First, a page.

Adopting an inner narrative means that we learn to say things to ourselves which we pick up from other people. Mostly, these statements come from an “I” point of view. For example, “I can’t do anything right,” or, “I am not lovable anyway,” or, “I am worthless.” Though we may not hear these statements directly, we might hear them indirectly. However we are saying them to ourselves, they are always an “I” statement. If other people were to say the things to us we say to ourselves, they would likely hurt a lot more. Part of the reason we say negative statements to ourselves is because we were hurt so deeply when someone said them to us.
An important part of change is awareness. Awareness means noticing and paying attention. In the case of negative inner narrative statements, awareness would mean becoming aware of these statements when they arise and noticing how they sound, who they sound like, and how they make you feel.It might be challenging to catch them at first. Every now and then when you do catch a negative narrative statement, quickly change it to a “you” statement. Pretend you are someone on the outside directing that statement towards you. Is that something you would want to hear from someone else? Notice how uncomfortable that situation feels. Pay attention to the shift in energy and your feelings. Next, take the exercise a step further and imagine turning that “you” statement toward someone else, like your dearest friend or favorite family member. Imagine their face as you would say that to them. They would likely be hurt and you would feel guilty for putting such toxic energy on them.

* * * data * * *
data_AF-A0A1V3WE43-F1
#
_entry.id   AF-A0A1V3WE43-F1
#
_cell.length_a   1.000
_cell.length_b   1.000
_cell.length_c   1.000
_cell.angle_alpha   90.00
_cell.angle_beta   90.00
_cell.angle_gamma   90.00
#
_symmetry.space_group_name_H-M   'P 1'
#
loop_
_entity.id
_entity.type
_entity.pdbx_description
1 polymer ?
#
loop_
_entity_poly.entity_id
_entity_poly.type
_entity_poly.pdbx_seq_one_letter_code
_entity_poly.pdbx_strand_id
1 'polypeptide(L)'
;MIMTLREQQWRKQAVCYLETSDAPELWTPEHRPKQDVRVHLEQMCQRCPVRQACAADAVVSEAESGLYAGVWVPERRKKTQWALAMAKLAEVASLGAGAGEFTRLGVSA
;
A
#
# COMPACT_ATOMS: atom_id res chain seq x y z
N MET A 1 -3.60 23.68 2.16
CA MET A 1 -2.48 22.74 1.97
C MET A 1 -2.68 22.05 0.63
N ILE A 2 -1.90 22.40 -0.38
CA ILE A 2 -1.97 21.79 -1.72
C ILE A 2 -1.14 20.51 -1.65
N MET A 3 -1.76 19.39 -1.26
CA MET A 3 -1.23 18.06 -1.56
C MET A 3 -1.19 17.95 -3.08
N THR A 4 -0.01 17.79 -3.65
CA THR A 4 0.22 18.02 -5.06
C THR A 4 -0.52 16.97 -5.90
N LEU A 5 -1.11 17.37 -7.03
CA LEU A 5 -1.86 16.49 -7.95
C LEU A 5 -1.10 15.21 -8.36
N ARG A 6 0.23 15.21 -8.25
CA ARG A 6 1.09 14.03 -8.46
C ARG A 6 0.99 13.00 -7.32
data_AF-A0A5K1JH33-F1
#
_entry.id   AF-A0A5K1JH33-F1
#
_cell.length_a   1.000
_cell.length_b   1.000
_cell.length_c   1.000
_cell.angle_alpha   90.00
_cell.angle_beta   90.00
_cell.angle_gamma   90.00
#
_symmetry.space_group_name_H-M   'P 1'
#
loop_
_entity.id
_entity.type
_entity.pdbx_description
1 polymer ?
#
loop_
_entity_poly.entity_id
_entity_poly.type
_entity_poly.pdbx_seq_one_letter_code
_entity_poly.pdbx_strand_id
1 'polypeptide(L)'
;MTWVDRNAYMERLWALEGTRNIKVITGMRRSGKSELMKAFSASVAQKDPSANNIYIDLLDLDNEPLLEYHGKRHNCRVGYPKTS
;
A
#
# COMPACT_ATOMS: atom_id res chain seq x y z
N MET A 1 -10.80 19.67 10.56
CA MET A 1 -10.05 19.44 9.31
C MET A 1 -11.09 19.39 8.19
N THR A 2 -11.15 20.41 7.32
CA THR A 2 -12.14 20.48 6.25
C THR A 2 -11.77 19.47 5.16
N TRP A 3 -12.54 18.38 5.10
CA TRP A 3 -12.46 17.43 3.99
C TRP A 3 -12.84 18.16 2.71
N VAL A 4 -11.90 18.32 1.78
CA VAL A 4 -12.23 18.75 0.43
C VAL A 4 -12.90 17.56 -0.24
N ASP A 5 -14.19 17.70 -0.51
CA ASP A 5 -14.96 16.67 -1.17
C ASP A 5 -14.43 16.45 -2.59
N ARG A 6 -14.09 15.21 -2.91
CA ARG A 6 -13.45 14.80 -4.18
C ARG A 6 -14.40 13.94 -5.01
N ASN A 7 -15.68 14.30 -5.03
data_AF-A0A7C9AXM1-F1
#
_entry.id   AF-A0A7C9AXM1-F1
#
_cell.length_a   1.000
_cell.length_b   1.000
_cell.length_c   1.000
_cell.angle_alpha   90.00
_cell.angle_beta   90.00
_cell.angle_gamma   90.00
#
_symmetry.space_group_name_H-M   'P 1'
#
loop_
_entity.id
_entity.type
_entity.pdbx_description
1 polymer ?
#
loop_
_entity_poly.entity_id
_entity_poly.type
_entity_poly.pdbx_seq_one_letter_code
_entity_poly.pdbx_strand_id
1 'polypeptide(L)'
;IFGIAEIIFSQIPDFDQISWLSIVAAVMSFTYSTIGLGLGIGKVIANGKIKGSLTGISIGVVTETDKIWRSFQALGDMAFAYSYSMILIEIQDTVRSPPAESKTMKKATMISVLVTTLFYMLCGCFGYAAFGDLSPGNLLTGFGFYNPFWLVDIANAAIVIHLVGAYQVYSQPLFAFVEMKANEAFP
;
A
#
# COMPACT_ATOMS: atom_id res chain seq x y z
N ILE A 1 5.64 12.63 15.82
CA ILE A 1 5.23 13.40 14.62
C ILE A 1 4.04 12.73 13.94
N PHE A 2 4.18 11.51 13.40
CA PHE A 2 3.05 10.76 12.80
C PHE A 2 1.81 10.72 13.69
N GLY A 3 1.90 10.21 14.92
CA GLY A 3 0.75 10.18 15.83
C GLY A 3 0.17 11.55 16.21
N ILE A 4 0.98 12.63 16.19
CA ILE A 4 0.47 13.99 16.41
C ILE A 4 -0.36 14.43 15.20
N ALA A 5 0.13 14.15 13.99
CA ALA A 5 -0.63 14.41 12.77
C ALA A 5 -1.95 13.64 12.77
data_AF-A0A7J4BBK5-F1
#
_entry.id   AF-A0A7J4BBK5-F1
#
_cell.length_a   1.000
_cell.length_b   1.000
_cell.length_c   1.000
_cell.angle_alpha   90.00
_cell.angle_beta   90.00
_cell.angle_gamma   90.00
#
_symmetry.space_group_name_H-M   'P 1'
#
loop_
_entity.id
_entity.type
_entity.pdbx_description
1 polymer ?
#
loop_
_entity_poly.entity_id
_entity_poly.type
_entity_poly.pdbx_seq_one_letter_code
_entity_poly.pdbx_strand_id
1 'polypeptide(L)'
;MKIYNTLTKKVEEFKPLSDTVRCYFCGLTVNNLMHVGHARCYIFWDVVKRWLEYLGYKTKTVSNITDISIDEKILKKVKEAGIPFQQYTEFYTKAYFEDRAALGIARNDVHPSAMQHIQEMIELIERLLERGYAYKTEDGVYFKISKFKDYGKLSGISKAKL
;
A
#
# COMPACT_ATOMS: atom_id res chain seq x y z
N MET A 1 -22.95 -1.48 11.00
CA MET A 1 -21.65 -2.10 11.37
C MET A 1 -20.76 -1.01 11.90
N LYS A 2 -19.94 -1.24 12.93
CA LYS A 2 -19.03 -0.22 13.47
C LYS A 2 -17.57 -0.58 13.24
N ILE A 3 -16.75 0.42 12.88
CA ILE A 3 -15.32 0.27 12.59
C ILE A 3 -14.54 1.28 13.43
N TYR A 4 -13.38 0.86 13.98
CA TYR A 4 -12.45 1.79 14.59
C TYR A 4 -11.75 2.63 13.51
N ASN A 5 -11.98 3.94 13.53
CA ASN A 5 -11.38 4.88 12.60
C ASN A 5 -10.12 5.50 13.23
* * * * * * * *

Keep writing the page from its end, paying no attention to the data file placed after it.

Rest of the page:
This exercise isn’t about creating guilt or making you feel guilty for what is going on inside your head.Everyone has an inner voice and everyone experiences it negatively until they learn to change it.
Identifying the origin of the narrative
Negative behaviors like a punishing inner narrative can quickly become habit. Habits become so routine that we adopt them as normal. Until we start to become aware of our negative inner narrative, we assume them to be normal. As you start to notice more about your negative thoughts and become more familiar with them, pay attention to anything that sounds familiar. You might notice a tone of voice- yes, our inner narratives have a tone of voice!- that sounds eerily like one of your parents, a schoolteacher, or maybe even a bully from the past. Quickly, you’ll find that these negative perspectives were not of your own making, but originate from a negative experience in life. Unraveling the mystery of your inner narrative, you can let go of them piece by piece to create a more compassionate, kind, and loving, voice.
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